Eighty percent of American voters favor national standards that would limit calories, fat, and sodium in snack and à la carte foods sold in U.S. schools and encourage the consumption of fruits, vegetables and low-fat dairy items, according to a new poll commissioned by the Kids’ Safe & Healthful Foods Project, a joint project of The Pew Charitable Trusts and the Robert Wood Johnson Foundation.
The U.S. Department of Agriculture (USDA) is expected to propose such standards in the next few months. It is anticipated that they will apply to snacks and beverages - such as sugary drinks, salty snacks, pizza, ice cream, and french fries—that can be purchased from vending machines, school stores, and cafeteria à la carte lines. Such items—which are sold in schools, but are not part of the federal school meal programs - are sometimes called “competitive foods,” because they compete with school meals for students’ spending. The standard that applies to them now is 30 years old and does not reflect current nutrition science.
“Healthier food in schools means healthier kids,” said Jessica Donze Black, a registered dietitian and project director for the Kids’ Safe & Healthful Foods Project. “Ensuring that all food available to students in schools is nutritious can reduce children’s risk for obesity, diabetes, and high blood pressure, and help them learn important lessons about staying healthy for life.”
Research from USDA shows that, during a typical school day, four in 10 students purchase and consume snack foods or beverages. Data from Bridging the Gap, a research program of the Robert Wood Johnson Foundation, show that such foods are often unhealthy because they are high in fat, sodium, and calories. Despite increasing national attention to the issue of childhood obesity, students’ access to snack foods and beverages has increased over the past decade. According to USDA, the availability of vending machines in middle schools has more than doubled since the 1990s, and another study found that, as recently as the 2009-2010 school year, nearly half of the nation’s elementary school students could buy unhealthy snack foods at school.
“Children eat a significant amount of their daily calories during the school day, so it is essential that all foods and drinks available in school contribute to a nutritious diet,” said Robert W. Block, MD, FAAP, president of the American Academy of Pediatrics. “Strong nutrition standards will make significant improvements in the health of all our nation’s children. We all benefit if kids stay healthy, because over the long-term, healthier kids mean lower health care costs and increased productivity.”
Additional results from the poll released today, conducted by the bipartisan team of Hart Research Associates and American Viewpoint, show:
Eighty-one percent of voters are concerned about the issue of childhood obesity, including more than half (54 percent) who say they are very concerned.
When asked about the healthfulness and nutritional value of food sold in schools:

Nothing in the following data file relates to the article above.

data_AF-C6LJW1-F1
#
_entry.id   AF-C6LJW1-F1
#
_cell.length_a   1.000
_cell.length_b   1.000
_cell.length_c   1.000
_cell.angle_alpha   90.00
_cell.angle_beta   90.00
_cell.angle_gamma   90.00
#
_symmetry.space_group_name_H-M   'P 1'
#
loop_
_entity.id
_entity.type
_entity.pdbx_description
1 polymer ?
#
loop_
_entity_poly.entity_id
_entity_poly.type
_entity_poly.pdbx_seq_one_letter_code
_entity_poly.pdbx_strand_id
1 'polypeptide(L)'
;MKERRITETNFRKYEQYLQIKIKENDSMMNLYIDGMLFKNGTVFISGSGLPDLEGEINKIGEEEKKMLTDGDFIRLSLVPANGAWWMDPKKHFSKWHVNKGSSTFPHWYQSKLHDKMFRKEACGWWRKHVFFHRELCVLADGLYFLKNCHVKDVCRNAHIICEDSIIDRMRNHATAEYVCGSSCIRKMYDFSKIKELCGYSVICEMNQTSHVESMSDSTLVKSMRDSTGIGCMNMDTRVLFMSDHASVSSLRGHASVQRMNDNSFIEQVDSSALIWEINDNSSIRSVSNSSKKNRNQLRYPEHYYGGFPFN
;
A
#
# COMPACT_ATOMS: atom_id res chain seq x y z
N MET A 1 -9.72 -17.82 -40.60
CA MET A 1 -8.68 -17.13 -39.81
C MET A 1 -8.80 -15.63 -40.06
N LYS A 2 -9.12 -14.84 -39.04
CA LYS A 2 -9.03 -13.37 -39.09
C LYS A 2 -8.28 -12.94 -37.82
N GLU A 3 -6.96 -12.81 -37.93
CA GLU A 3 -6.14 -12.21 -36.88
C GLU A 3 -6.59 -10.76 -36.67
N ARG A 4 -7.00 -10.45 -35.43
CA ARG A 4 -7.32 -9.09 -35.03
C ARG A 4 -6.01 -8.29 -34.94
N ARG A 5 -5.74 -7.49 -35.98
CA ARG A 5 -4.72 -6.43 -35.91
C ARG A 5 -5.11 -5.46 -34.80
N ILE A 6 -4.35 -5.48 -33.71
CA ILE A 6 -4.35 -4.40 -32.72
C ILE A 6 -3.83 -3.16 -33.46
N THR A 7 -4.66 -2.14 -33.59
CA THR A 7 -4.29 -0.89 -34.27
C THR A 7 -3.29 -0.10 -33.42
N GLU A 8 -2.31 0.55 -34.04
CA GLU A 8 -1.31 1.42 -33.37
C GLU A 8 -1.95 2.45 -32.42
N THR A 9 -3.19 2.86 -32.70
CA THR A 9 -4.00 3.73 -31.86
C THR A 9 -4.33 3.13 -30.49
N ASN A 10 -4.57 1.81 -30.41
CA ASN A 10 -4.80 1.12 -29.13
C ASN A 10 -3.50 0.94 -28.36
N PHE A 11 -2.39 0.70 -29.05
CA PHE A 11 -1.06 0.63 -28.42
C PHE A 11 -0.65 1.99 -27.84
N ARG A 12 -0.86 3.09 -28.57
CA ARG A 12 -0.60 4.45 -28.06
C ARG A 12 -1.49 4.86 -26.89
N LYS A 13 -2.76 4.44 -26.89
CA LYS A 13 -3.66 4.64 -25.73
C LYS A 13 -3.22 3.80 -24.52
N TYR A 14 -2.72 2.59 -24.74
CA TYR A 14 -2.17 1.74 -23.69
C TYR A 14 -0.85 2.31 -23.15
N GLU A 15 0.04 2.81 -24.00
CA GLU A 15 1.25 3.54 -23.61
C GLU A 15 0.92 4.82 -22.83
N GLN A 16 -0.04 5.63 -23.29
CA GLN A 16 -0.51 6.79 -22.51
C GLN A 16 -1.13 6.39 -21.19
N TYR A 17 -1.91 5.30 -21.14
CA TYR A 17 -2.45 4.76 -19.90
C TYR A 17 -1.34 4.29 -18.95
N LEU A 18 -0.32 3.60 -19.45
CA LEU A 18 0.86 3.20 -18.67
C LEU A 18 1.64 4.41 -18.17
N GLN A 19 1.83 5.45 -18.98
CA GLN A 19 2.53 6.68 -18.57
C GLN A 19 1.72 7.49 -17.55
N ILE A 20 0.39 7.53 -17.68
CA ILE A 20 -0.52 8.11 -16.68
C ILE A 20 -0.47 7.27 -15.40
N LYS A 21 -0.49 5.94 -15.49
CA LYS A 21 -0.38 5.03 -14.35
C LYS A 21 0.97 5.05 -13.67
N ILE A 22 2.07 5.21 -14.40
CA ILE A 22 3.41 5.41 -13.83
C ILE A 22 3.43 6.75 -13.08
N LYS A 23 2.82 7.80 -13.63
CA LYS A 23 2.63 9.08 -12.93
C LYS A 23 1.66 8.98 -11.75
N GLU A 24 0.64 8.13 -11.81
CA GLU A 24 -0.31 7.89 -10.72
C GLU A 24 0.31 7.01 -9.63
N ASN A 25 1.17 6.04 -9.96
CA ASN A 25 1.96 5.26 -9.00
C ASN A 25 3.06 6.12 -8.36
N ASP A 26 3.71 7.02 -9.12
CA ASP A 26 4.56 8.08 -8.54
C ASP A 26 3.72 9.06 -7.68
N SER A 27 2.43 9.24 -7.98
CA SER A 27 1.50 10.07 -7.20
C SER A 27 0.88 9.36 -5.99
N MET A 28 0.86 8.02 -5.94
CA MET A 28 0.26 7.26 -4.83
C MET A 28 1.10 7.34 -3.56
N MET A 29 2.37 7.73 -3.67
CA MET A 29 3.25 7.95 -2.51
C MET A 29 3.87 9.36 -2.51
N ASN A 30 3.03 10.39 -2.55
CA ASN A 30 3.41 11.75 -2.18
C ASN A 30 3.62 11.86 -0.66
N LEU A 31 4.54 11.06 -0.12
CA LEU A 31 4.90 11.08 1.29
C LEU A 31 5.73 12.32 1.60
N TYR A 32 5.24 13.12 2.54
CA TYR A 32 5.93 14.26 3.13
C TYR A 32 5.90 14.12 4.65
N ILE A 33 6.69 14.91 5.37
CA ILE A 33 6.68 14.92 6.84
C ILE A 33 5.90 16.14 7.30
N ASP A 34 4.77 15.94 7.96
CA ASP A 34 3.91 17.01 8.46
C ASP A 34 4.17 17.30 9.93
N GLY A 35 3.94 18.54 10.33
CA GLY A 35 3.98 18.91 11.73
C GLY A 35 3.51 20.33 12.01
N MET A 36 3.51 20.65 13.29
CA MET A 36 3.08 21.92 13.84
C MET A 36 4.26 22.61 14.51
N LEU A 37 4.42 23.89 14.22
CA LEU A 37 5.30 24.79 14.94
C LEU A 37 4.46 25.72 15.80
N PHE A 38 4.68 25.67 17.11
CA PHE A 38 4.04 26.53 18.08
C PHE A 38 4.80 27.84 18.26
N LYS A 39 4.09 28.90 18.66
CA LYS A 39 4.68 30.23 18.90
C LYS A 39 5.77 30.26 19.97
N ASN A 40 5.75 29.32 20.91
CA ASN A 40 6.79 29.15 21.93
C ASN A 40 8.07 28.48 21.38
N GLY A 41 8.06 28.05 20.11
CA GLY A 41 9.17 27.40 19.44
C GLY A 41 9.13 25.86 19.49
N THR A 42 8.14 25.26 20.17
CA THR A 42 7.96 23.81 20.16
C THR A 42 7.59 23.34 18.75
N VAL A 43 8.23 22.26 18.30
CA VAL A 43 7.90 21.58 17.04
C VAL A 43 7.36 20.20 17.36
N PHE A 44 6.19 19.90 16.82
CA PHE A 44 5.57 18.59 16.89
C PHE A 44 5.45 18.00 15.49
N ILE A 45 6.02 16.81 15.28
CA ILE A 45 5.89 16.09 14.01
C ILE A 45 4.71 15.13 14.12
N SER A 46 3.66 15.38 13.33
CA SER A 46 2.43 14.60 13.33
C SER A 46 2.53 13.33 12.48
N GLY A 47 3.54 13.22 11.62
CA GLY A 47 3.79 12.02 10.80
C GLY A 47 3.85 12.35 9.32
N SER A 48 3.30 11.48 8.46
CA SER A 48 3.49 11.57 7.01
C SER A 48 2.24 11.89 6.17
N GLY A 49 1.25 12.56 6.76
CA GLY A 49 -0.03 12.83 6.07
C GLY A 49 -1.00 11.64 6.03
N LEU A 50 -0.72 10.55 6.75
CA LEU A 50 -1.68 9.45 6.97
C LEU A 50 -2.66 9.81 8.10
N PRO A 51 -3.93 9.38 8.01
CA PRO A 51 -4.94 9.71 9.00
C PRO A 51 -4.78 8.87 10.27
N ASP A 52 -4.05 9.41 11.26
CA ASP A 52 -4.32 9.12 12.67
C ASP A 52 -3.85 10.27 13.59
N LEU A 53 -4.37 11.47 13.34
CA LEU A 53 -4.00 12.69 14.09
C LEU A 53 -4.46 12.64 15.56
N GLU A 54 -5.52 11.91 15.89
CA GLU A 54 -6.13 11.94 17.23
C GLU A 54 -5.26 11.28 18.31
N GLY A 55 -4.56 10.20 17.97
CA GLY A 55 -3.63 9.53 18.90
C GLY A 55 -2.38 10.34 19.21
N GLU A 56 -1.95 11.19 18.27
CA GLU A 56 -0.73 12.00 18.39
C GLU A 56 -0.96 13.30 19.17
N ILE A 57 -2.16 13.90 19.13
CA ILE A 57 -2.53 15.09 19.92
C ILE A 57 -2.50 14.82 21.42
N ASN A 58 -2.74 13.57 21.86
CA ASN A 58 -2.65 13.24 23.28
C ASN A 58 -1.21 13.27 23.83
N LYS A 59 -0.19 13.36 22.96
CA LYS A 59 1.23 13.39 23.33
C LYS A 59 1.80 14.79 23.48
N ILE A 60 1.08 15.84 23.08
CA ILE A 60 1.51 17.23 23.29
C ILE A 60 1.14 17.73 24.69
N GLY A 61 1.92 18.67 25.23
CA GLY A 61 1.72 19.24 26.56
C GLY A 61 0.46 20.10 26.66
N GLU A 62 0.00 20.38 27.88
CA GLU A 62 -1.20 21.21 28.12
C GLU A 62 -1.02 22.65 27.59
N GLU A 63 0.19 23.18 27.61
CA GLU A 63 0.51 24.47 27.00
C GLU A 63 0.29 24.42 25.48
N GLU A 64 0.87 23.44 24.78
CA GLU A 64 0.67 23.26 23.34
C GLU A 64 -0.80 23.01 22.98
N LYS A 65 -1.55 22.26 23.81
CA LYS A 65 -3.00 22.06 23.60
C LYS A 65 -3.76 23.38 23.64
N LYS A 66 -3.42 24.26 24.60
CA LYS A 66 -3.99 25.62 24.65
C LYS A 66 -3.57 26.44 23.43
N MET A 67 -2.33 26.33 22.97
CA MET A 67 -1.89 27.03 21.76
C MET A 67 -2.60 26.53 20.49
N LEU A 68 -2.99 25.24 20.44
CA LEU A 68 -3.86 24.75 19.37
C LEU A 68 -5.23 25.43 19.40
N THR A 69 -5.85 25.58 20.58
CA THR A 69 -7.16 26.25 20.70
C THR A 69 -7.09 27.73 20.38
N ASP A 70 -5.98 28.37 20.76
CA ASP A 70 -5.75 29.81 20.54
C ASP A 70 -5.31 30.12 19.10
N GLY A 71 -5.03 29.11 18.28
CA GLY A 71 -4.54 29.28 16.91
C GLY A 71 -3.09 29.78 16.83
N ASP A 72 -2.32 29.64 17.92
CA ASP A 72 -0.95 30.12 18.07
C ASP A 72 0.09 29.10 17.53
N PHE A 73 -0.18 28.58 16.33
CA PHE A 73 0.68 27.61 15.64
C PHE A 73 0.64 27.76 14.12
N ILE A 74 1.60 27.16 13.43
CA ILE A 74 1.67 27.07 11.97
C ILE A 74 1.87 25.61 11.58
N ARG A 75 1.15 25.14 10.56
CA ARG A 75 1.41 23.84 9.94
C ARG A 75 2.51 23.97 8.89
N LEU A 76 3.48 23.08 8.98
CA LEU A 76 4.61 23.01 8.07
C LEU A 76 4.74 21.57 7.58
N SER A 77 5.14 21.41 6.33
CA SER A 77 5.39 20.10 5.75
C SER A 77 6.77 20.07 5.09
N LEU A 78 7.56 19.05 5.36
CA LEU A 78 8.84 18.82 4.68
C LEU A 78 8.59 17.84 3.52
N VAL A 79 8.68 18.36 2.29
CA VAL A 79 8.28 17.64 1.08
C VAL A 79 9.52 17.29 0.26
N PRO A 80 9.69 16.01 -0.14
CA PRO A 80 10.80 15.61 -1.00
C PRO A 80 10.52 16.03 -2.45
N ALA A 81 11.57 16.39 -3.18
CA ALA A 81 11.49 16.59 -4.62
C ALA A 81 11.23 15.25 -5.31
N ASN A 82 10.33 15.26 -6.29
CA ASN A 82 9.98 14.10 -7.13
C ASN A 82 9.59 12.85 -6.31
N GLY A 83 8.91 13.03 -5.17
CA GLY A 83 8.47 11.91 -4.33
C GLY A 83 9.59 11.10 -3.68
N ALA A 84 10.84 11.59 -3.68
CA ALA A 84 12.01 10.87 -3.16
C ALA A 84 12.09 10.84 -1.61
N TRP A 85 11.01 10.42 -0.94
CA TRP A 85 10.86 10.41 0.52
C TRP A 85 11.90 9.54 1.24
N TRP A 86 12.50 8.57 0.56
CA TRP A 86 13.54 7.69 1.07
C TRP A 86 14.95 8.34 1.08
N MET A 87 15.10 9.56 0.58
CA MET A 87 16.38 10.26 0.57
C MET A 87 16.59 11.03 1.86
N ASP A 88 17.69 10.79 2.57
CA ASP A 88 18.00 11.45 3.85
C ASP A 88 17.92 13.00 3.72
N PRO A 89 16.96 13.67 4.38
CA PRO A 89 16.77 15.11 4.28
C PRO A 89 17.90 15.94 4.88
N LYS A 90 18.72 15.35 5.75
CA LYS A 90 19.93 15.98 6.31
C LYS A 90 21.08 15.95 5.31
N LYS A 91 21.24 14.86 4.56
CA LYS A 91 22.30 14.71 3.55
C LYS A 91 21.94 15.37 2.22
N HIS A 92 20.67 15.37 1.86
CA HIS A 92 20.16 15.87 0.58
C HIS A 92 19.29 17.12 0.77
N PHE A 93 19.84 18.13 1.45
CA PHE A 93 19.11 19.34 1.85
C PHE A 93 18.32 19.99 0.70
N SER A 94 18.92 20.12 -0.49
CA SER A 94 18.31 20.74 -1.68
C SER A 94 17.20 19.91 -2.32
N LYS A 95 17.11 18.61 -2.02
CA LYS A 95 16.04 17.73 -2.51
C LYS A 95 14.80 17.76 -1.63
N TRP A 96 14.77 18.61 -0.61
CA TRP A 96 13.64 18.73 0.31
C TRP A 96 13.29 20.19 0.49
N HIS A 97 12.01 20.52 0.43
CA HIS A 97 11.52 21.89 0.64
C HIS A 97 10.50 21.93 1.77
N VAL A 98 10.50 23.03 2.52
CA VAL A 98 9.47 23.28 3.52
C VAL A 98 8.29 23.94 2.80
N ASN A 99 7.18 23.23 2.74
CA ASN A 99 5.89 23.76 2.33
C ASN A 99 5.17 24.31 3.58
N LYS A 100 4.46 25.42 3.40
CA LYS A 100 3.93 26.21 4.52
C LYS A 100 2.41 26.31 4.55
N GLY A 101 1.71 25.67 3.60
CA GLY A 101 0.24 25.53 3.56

Eighty-three percent of voters said they think that food sold in school vending machines is not really healthy/nutritious or only somewhat healthy/nutritious, compared with just 5 percent who think that vending machine food is totally/mostly healthy and nutritious.
Sixty-eight percent of voters said they think that food sold in cafeteria à la carte lines is not really healthy/nutritious or only somewhat healthy/ nutritious, compared with 21 percent who think that it is totally/mostly healthy and nutritious.
Sixty-eight percent of voters said they think that food sold in school stores is not really healthy/nutritious or only somewhat healthy/nutritious, compared with 10 percent who think that it is totally/mostly healthy and nutritious.
In January, USDA released separate new standards to improve the nutritional value of foods served as part of the nation’s school meal programs—the first major update in 15 years. Schools nationwide will implement them beginning next fall, but they will not apply to snack foods and beverages.
The anticipated standards for snack foods and beverages will complement the meal rules and are expected to be released within the next few months. USDA will accept public comments for 90 days, as it did with the earlier school meal standards. The final standards for snack foods and beverages are expected to take effect in the fall of 2013.
“Schools are taking considerable steps to ensure the meals they serve are more nutritious than ever before, but if students are surrounded by less healthy beverage and snack options, we’re not doing everything we can,” said Donze Black. “If we want to succeed in turning around this country’s obesity epidemic, ensuring that all of the foods and beverages sold in schools are healthy and nutritious is an obvious place to start.”
Poll results come from a nationwide telephone survey of 1,010 registered voters conducted Jan. 11-16, 2012, by Hart Research Associates and American Viewpoint. Poll results are statistically representative of the opinions of voters nationwide and carry a margin of error of ± 3.1 percentage points.
The Kids’ Safe & Healthful Foods Project provides nonpartisan analysis and evidence-based recommendations on polices that impact the safety and healthfulness of school foods. This project is a collaboration between The Pew Charitable Trusts and the Robert Wood Johnson Foundation.
The American Academy of Pediatrics is an organization of 60,000 primary care pediatricians, pediatric medical subspecialists and pediatric surgical specialists dedicated to the health, safety and well-being of infants, children, adolescents and young adults.